Karen minority complains on junta’s ‘return forest’ policy

After being threatened by the junta’s policy to reclaim National Park lands, Karen villagers who have been living in the forest for generations filed a complaint to the authorities to stop confiscating their land.    

Approximately 60 Karen tribe representatives from Mae Hong Son, the mountainous northern province, on Tuesday submitted a complaint to the Damrongtham Centre, an agency established by the Ministry of Interior to accept complaints, in Mae Hong Son provincial hall to request the junta to revise its forest protection policy.

These Karen communities are some of many landless and other minority communities countrywide that have been affected by Order 64/2557 of the junta’s National Council for Peace and Order (NCPO), which stipulates that the authorities shall apply legal measures to prevent encroachment of National Parks.

The talk between Karen representatives and relevant civil servants of Mae Hong Sorn province

Although Karen tribes have never legally been permitted to settle in protected areas, it is known that their traditional livelihoods rely on the forest. Therefore, the Royal Forest Department (RFD) were restrained from evicting them from the forest. This, however, has changed after the junta announced its new conservation policy for protected areas.

According to Tawee Paitaimongkolboon, Pakakayaw Karen village chief of Mae Ngao in Mae Hong Son Province, three plots of lands in his village have been reclaimed by the RFD on 24 July and three families have been left without land to cultivate for food. Many other Karen villagers are now fearing that they might also be evicted from their lands.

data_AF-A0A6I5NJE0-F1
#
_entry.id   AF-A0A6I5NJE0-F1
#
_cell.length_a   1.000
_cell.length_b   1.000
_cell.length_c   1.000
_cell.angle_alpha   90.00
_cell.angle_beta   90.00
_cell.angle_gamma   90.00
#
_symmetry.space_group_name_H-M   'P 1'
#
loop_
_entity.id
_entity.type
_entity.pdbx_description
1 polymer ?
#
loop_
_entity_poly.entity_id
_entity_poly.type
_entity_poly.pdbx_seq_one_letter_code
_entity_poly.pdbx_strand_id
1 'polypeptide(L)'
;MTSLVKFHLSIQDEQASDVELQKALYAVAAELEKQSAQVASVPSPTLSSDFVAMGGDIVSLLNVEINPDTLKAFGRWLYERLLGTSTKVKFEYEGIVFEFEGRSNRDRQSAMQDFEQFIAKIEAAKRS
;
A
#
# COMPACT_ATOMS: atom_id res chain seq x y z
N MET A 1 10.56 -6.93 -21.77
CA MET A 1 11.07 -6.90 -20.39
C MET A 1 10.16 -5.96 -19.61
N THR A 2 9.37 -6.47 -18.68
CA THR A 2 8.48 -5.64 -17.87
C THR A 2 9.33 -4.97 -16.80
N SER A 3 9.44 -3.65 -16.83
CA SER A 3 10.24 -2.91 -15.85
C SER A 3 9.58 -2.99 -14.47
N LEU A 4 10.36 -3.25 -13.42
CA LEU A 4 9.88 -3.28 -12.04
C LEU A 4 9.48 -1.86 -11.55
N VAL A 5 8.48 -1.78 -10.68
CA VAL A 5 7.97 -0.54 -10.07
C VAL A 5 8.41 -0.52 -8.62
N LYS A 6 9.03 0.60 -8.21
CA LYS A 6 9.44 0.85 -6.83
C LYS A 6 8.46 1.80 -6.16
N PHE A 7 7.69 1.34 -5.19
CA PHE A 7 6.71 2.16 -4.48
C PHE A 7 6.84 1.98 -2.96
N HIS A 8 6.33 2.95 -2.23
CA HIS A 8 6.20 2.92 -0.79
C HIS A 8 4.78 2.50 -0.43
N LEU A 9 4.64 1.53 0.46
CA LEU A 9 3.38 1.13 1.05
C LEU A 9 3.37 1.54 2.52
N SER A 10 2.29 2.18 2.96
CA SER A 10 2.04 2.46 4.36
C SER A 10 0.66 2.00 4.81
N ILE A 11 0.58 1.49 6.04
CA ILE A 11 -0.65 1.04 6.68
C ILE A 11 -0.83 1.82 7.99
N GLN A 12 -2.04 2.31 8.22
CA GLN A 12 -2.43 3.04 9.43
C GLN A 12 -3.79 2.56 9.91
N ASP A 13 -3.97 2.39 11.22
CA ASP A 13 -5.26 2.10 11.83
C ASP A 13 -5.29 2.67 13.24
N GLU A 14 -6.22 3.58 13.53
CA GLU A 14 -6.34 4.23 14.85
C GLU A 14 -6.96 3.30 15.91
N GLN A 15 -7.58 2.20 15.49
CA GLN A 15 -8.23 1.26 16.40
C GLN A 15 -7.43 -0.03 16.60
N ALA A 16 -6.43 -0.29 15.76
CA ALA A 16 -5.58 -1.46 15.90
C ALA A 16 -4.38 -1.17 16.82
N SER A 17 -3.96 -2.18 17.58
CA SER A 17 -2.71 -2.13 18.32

A 2.4 acres of farmland that had been cultivated by the Karen, but has been confiscate by the Foresty Department. The sign attached by the authority says this plot of land has been confiscated and no one can possess it since 24 July 2014

The Karen representatives stated in the petition that the authorities should turn their attention to capitalists and government officials who have also illegally made use of national park lands in the area to practice monoculture farming for profit, unlike the Karen tribes who have been practicing sustainable farming in the forests for generations.  

Karen farmland next to Mai Ngao river that has been left to recover after the soil had been exhausted by farming activities

After the complaint was submitted on Tuesday, a talk was held between the Karen representatives and the Mae Hong Son Governor, Kamthon Thawonsathit. The Governor promised the Karen that a committee comprising relevant government officials and Karen representatives will be set up to find solutions to the problem, but no timeframe has been set.


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